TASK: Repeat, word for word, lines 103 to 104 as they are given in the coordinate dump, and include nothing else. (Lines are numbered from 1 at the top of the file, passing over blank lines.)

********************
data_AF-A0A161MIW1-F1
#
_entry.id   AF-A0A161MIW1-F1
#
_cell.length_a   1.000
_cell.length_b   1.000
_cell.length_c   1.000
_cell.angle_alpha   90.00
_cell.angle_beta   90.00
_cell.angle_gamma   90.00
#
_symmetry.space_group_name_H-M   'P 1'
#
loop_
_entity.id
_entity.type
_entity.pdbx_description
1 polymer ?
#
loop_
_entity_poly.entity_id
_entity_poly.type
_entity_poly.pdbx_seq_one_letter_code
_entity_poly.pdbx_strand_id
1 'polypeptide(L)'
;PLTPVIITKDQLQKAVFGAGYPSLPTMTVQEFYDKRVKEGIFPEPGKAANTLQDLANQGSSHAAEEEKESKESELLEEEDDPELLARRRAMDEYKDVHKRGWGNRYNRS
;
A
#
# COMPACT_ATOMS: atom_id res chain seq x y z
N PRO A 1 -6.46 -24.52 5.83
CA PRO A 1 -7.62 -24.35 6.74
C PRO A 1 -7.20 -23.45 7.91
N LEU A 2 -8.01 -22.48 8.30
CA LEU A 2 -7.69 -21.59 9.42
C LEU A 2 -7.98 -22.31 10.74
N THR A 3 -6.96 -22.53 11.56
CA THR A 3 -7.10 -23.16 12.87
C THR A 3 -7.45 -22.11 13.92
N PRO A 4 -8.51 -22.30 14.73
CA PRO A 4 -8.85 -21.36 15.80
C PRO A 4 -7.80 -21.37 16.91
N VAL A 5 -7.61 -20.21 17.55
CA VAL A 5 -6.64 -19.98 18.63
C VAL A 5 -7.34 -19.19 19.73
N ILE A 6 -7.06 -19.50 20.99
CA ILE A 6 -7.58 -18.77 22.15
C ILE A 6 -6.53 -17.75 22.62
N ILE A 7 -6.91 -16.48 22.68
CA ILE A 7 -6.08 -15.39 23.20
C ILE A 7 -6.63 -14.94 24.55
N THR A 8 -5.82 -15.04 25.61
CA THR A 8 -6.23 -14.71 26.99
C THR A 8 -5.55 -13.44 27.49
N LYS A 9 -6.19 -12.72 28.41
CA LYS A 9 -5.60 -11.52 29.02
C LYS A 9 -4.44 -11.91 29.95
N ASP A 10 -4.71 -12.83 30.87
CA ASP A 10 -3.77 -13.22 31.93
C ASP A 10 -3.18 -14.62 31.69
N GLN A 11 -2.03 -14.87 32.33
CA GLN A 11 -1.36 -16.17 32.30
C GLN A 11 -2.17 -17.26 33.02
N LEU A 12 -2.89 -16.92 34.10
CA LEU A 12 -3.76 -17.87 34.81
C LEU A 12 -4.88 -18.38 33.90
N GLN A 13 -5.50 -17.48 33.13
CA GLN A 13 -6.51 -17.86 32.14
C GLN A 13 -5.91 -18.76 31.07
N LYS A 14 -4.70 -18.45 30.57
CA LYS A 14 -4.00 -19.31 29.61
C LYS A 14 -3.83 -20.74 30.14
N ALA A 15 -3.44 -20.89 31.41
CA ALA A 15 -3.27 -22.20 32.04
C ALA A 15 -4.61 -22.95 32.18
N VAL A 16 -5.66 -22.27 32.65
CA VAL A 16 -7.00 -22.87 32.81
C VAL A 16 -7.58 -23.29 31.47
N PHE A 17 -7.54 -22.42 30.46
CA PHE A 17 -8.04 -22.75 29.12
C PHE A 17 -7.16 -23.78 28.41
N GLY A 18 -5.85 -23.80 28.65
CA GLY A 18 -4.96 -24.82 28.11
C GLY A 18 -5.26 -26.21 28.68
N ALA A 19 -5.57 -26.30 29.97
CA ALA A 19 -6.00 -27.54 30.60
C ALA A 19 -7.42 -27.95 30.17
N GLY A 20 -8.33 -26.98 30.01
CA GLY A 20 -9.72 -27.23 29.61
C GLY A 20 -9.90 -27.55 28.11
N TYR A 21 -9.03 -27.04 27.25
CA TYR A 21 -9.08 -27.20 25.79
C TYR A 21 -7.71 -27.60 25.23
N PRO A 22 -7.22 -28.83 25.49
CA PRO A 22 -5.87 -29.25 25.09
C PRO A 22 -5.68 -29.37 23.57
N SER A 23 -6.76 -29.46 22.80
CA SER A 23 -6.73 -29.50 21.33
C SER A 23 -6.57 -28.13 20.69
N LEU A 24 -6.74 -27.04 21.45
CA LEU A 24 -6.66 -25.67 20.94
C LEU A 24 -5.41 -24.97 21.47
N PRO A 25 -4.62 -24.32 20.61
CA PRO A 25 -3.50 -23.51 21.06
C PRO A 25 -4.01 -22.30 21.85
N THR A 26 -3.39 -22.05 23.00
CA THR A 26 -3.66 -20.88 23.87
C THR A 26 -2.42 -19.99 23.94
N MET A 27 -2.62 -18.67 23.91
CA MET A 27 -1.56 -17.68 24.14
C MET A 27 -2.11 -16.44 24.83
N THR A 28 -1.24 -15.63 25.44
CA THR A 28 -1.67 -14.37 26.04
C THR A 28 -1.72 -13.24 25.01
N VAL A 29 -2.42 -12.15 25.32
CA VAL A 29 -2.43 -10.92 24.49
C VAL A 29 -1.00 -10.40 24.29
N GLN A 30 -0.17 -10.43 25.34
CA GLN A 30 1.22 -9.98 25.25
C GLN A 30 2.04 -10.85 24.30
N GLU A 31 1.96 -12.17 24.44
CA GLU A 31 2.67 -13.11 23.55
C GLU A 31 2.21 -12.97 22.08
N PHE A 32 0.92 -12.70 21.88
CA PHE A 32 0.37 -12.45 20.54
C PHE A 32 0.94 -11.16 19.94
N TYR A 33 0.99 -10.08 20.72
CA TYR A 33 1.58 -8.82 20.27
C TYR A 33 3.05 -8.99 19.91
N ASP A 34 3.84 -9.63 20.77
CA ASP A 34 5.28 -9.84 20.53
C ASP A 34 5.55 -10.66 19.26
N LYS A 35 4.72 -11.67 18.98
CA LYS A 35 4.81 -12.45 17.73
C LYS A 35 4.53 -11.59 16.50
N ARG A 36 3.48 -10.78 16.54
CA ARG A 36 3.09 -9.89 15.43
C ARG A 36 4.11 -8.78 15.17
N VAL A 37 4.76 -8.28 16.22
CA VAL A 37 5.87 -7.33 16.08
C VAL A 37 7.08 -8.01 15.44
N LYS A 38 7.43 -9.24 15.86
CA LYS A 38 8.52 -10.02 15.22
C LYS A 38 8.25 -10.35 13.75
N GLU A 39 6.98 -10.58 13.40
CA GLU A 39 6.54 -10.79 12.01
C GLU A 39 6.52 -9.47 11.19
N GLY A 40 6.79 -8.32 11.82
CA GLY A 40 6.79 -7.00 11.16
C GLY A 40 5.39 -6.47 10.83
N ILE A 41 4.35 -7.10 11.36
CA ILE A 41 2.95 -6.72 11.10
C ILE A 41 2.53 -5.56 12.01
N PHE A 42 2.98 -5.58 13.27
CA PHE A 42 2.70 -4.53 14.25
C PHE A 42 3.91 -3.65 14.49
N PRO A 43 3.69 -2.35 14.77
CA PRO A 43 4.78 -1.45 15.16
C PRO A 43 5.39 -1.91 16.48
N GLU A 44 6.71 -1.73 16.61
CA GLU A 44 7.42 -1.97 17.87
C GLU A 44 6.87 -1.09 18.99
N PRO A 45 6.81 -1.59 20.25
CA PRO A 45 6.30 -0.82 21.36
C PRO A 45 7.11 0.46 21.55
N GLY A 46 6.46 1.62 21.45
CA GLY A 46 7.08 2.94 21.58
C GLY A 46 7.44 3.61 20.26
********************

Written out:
N PRO A 25 -4.62 -24.32 20.61
CA PRO A 25 -3.50 -23.51 21.06